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Hang’n with the Kuna Indians of San Blas

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Copyright 2005 by Cap’n Fatty Goodlander

We were ushered into the Big House reverently. We were on the seldom-visited island of Artitupu in the San Blas off the rugged north coast of Panama. My wife, Carolyn, despite being a woman, was allowed to accompany me to visit the Chief. It was dark inside the Big House, and gloomy after the bright equatorial sun. There were a number of men inside, gathered silently in the back – with more filling up the pews moment-by-moment.

We were carefully directed to sit off to the side, near a silent man praying. Or, at least, that is what he appeared to be doing. Or sleeping. Or inspecting his finger nails …just drunk, perhaps?

More and more male villagers filtered in. You could have heard a pin drop.

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The thatched Big House was, actually, big. There was about twenty-five of us inside. There was plenty of room. Dust motes floated. We waited. Waited more. And waited again.

Finally, it dawned on me what we were doing: waiting for the Kuna Chief. He was an important man, thus we could not just see him right away. We had to WAIT to see him!

The lone man praying snuck a sly glance at us through the gloom. There was cunning in his slow, blood-shot eyes. He wore a brand-new black derby hat and there was an ease and insolence to his countenance which was in contrast to the others.

Suddenly, there was a commotion at the back of the room. The ‘Man Who Talks With English’ had arrived to translate. He peered at us as if we were from Mars and then, with a gulp, launched into a long and flowery speech. I let the words wash over me without thought… until I realized, with a sudden start, he was speaking English…the only part I understood was the final ‘…twenty dallar!’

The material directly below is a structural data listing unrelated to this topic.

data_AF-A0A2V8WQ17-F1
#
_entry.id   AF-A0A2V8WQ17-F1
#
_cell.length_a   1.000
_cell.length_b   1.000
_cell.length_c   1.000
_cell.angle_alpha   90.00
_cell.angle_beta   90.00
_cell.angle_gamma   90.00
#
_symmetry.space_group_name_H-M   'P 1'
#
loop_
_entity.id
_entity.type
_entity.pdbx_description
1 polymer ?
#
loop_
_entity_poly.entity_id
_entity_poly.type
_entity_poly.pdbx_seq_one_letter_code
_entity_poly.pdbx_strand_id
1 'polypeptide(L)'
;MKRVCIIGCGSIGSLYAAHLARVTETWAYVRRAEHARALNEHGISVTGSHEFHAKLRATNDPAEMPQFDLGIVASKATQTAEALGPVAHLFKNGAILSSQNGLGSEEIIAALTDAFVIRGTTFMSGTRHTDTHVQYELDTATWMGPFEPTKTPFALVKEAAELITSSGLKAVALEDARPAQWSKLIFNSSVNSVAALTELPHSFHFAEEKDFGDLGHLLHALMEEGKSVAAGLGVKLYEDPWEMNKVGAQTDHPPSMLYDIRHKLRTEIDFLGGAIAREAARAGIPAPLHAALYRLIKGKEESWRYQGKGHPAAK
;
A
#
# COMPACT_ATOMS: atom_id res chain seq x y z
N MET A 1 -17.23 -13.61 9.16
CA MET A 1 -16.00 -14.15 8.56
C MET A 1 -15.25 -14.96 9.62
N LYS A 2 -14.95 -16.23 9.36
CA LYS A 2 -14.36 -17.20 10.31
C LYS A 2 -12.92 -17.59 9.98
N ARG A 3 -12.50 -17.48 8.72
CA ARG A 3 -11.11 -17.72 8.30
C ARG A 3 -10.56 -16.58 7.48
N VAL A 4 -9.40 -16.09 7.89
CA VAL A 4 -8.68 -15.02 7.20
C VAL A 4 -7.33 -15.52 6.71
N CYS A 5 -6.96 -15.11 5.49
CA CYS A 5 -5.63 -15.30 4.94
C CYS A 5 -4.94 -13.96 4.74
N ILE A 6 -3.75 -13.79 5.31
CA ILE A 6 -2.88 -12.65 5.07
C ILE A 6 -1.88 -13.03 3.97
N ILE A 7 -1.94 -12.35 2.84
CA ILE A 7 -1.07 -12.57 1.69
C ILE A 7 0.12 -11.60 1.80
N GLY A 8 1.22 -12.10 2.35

“Oh,” I said, and looked stricken. “Twenty dollars is a lot of money in my country! And I am a poor, poor man…”

“…yes,” Carolyn said, “a twenty is much money.”

“…would,” I asked the translator, “the Chief be so kind as to accept a mere ten dollars?”

“Oh, yes,” said the translator gleefully/instantly, waving to the crowd at the back in joyous victory, “ten dollars is very much fine!”

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The Praying Man is beaming at us openly now. He is, indeed, the village chief, which the Kuna Indians call sahila (pronounced silo). His face has the puffed, pampered look of a rich alcoholic. He does not scare me or worry me, but there is something lurking within the corner of his hooded, clever eyes, something ancient and malevolent, something Aztec or Mayan, something cruel and unflinching.

“…mucho gracis,” I say to him, and bow in deference.

Nobody in the world knows where we are. We have not cleared in and are illegally in their reservation/country. We need to be under the chief’s personal protection unless we want to spend all our time guarding our vessel.

He graciously waves away my thanks, as if to say, ‘We are both chiefs, eh?’

There is a bottle of sweet Italian liquor kicked over near his bare feet.

Outside, blinking in the bright sun, we are faced with the children of the village. They are utterly silent, large-eyed, and skittish.

There is a little girl of three or four in the crowd. I look at her. She is shaking. She can’t seem to believe what she is seeing: a white devil with a writhing face of ugly grey hair… Satan Himself!

I bend down to her and smile gently. It does not help. Her eyes pool. She quakes. I am too terrifying to look at. Her mouth curls opens and gapes pink. For a long time, no sound issues… then a cry of utter terror… so primitive and deep and true… it cuts me to the quick.

The translator says something, and most of them, adult and child alike, eagerly crowd around us with outstretched arms. Carolyn hands out cookies and candy, I tie brightly colored bracelets (actually red/pink Kevlar string) around their wrists.

We work hard. We have brought over a hundred items. However, we soon run out. This seems impossible. Then I notice the smarter kids hiding their treats and getting back in line immediately.


Finally, we are out freebies. It is the sellers turn now: first we give, then we buy.

An old lady emerges from her hut with a crude necklace. She is bare-breasted. Her breasts are flat and long and point down/in like triangular arrows. In the serum of her nose is a large hunk of gold. This has, over the years, pulled her nose down and sort of elephant-trunked it.